Cosmological Arguments

The family of cosmological arguments follow the general pattern of moving from inferences about the world to postulating the existence of a unique, cosmologically-responsible entity (God).

The arguments are problematic because inferences are often based on inaccurate premises about the alleged condition of the cosmos – that the world came into being through an act of creation, that the world is is contingent (rather than necessary), or that certain beings in the world are causally dependent or contingent.

Theologists have moved from these assumptions to infer, either deductively or inductively, that a first cause, a necessary being, an unmoved mover, or a personal being (God) exists and is responsible for the cosmos.

Human curiosity naturally led early humans to questions about the existence of the world, and in the absence of scientific knowledge, cosmological speculations abounded. These speculations became more sophisticated over time, particularly when they were adopted by professional churchmen in attempts to prove the existence of a 'God' for which the earliest conceptual origins had been forgotten in the mists of time. The Western historical record dates the cosmological argument back to Plato (Laws, 893-6).

Three types of cosmological argument are recognized:
1. as advocated by St Thomas Aquinas, these arguments are based on the impossiblity of an essentially ordered infinite regress.
2 the kalām argument holds that an infinite temporal regress is impossible because an actual infinite is impossible.
3. Leibniz and Clarke espoused the Principle of Sufficient Reason.

Historical versions of the cosmological argument:

Plato ~ Laws, 893-6 ~ (cosmic) motion was started by an first cause (unmoved mover).

Aristotle ~ Physics (VIII, 4-6) and Metaphysics (XII, 1-6) ~ Prime Mover or Unmoved Mover.

Arabic philosophers (falasifa) ~ atemporal argument from contingency.

Thomas Aquinas (1225-74) ~ Summa Theologica (I,q.2,a.3) and Summa Contra Gentiles (I, 13).

Islamic and mutakallimūm theologians ~ kalām argument ~ temporal version of the argument from the impossibility of an infinite regress.

  • al-Ghāzāli (1058-1111) argued that everything that begins to exist requires a cause of its beginning
  • Bonaventure (1221-74) ~ Sentences (II Sent. D.1,p.1,a.1,q.2).
Gottfried Wilhelm Leibniz (1646-1716) appealed to a strengthened principle of sufficient reason (PSR), according to which “no fact can be real or existing and no statement true without a sufficient reason for its being so and not otherwise” (Monadology, §32).

Samuel Clarke reiterated the principle of sufficient reason.

Cosmological arguments are fraught with problems:

The cosmological argument came under serious criticism in the 18th century by David Hume and Immanuel Kant.

Hume attacks both the view of causation presupposed in the argument (that causation is an objective, productive relation that holds between two things) and the Causal Principle — every contingent being has a cause of its being — that lies at the heart of the argument. (Hume, David, 1980, Dialogues Concerning Natural Religion, Indianapolis: Hackett. [Available Online].)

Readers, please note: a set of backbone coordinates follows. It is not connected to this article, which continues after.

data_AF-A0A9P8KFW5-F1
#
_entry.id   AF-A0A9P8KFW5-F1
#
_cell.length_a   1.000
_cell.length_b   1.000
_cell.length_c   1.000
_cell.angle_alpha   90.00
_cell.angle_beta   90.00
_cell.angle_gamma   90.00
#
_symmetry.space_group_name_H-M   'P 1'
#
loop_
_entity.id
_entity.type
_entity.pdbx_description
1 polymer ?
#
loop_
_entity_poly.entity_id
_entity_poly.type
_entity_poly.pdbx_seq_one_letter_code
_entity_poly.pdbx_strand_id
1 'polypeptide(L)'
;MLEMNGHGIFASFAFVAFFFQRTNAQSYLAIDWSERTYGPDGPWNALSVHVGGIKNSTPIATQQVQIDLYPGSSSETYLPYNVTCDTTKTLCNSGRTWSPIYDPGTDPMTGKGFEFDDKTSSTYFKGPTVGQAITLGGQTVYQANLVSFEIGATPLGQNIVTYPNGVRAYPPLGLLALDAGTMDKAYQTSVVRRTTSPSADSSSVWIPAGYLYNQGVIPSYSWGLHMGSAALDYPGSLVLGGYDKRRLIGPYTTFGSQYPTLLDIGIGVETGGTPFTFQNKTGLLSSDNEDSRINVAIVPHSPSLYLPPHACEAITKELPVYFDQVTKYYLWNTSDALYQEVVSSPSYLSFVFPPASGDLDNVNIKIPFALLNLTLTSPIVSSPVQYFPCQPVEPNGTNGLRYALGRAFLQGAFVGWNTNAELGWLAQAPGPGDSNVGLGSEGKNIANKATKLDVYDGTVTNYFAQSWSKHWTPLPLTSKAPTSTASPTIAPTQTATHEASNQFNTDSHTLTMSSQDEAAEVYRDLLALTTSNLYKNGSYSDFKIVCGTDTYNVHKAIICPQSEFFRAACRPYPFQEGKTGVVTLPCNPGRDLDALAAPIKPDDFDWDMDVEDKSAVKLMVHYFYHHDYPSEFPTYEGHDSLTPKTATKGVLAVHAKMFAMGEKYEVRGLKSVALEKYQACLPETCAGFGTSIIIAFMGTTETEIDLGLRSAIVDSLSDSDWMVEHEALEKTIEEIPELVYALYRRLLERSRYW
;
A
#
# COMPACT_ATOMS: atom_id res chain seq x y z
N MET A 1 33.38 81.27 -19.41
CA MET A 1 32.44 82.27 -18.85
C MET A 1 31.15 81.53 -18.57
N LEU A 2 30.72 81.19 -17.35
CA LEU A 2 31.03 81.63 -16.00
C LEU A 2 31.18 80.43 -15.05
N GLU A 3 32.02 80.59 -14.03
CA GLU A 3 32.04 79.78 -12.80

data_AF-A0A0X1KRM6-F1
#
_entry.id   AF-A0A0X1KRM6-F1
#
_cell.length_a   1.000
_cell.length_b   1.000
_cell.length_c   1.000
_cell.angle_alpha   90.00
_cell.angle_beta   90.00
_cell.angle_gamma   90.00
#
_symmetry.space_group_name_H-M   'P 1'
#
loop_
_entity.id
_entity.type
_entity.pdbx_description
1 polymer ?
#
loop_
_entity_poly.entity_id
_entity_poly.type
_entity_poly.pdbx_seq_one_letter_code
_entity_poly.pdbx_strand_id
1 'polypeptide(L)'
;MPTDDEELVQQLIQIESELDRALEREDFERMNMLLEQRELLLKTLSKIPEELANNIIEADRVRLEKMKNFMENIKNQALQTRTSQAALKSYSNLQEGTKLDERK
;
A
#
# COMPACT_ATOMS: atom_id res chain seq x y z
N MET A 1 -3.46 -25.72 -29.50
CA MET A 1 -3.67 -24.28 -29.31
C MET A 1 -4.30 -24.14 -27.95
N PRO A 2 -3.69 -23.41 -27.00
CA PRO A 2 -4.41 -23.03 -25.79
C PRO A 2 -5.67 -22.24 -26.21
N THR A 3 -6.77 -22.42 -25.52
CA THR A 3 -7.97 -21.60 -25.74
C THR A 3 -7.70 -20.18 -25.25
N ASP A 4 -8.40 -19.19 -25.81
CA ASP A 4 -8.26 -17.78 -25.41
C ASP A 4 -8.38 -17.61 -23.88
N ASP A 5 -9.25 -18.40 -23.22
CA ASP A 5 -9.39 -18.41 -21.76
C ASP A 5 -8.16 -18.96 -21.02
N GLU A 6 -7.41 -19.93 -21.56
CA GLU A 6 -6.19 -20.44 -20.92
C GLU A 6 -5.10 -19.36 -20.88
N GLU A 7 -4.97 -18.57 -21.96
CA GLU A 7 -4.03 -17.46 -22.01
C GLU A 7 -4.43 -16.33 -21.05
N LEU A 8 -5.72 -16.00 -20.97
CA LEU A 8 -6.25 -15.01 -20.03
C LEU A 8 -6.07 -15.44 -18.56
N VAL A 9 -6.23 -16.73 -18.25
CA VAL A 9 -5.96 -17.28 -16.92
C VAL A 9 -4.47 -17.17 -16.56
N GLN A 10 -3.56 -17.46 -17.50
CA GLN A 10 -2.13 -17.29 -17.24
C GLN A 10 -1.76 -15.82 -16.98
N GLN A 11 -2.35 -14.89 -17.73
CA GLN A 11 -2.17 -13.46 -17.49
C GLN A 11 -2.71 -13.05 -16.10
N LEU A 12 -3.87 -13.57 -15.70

Kant contends that the cosmological argument, in identifying the necessary being, relies on the ontological argument, which in turn is suspect.

Contemporary philosophers continue to contribute detailed arguments on both sides of the debate. Both theists and non-theists in the last part of the 20th century generally have shown a healthy skepticism about the argument.

Skepticism:
Alvin Plantinga (1967, chap. 1) concludes “that this piece of natural theology is ineffective.”

Richard Gale contends, in Kantian fashion, that since the conclusion of all versions of the cosmological argument invokes an impossibility, no cosmological arguments can provide examples of sound reasoning (1991, ch. 7).

Michael Martin reasons that no current version of the cosmological argument is sound (1990, ch. 4), as do John Mackie (ch. 5) and Quentin Smith (Craig and Smith, 1993).

Defense:
William Lane Craig defends the kalām argument. See Some Comments on William Craig's "Creation and Big Bang Cosmology" by Adolf Grünbaum.

Richard Swinburne, rejects deductive versions of the cosmological argument, but proposes an inductive argument which is part of a larger cumulative case for God's existence. “There is quite a chance that if there is a God he will make something of the finitude and complexity of a universe. It is very unlikely that a universe would exist uncaused, but rather more likely that God would exist uncaused. The existence of the universe…can be made comprehensible if we suppose that it is brought about by God” (1979, 131-2).

Cosmological Argument, from Wikipedia, The Free Encyclopedia.
Existence of God, by William Lane Craig (Biola University).
Articles on the cosmological argument for the existence of God, list of articles published on the web, from RS-Web, designed and written by R. Bowie.
Critique of the Kalām Argument., by Graham Oppy (Philosophy, Monash University).
Cosmological argument as evidence for atheism, by Quentin Smith (Philosophy, Michigan State University).

sources:
"The Existence of God and the Beginning of the Universe" by William Lane Craig. Craig's own summary of the kalam argument.
Reichenbach, Bruce, "Cosmological Argument", The Stanford Encyclopedia of Philosophy (Fall 2006 Edition), Edward N. Zalta (ed.), url.

References:
Craig, William Lane. The Kalam Cosmological Argument. New York: Barnes and Noble, 1979.



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